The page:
I was glad someone told me about formula 409 for my son’s stovetop - yes, I have the same situation, sometimes he can’t tolerate me hanging around that long.

This doctor worked with cognitive behavior therapy, I believe she was trying to help him examine his situation. He would have concerns (delusions) about me and she was able to point out things that she knew I was doing for him.

I am so sorry your son lost his dad. No, my son’s dad is in the picture. We made a lot of mistakes in the early years of my son’s scz. My husband didn’t understand the importance of LEAP for building trust. My husband would question my son’s delusions and would tell him that he had a mental illness. As they say can happen if we challenge their delusions, my husband “became” a part of the delusions. Little by little, my son began to focus on his dad. My husband grew extremely fearful of our son - especially after a mom from our Family to Family class was killed (along with her husband) by their smi son.

Long story short, my husband stopped interacting with our son in any way. That’s why the doctor didn’t have anything she could use to build a positive case “for” my husband.

I have continued to make sure my son does know the things I do and over time he does trust me enough to let me know when he needs helps. I hope this relationship of ours will lead to meds at some point in the future. Currently we had agreed to disagree on the subject of meds. Current Plan we have Partnered on - is he runs the show and I support his decisions.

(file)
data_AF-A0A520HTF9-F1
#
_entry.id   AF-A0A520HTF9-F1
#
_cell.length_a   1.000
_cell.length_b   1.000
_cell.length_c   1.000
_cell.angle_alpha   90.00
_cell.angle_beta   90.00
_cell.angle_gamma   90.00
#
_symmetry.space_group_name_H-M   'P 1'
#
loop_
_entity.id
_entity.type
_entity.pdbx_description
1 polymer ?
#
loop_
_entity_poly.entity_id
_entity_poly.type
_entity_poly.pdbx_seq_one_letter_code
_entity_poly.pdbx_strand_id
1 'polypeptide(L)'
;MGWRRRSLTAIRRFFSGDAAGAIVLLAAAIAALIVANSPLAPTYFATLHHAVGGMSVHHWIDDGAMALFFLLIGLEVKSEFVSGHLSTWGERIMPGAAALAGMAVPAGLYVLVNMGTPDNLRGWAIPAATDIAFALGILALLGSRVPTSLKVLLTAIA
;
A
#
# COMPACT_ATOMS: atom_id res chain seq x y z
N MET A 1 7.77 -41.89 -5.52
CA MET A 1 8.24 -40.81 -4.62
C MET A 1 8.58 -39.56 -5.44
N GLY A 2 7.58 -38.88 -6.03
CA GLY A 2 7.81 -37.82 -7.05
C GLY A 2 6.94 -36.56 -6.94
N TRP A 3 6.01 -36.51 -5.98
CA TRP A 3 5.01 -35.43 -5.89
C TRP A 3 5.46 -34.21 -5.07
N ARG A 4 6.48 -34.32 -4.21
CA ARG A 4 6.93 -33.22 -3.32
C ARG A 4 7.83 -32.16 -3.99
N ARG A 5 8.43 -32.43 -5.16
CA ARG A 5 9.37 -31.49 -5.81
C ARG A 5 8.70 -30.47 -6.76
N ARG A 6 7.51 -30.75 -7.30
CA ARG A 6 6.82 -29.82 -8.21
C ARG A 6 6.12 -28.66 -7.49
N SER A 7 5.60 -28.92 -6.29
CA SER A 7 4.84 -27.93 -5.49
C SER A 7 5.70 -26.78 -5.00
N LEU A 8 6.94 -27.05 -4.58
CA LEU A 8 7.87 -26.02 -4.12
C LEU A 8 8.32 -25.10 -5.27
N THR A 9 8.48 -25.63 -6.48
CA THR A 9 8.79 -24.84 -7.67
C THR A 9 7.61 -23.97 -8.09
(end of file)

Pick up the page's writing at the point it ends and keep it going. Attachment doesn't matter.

Our sons sound similar, both are determined to do things their way, they live on their own with life supports in place and both have anosognosia.

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Family to Family had us do the role playing as you are suggesting. The people who were struggling with this sort of communicating portrayed their family member with smi while others practiced LEAP. You could see people’s minds suddenly open up - we all have conversational patterns that have to be relearned to practice LEAP.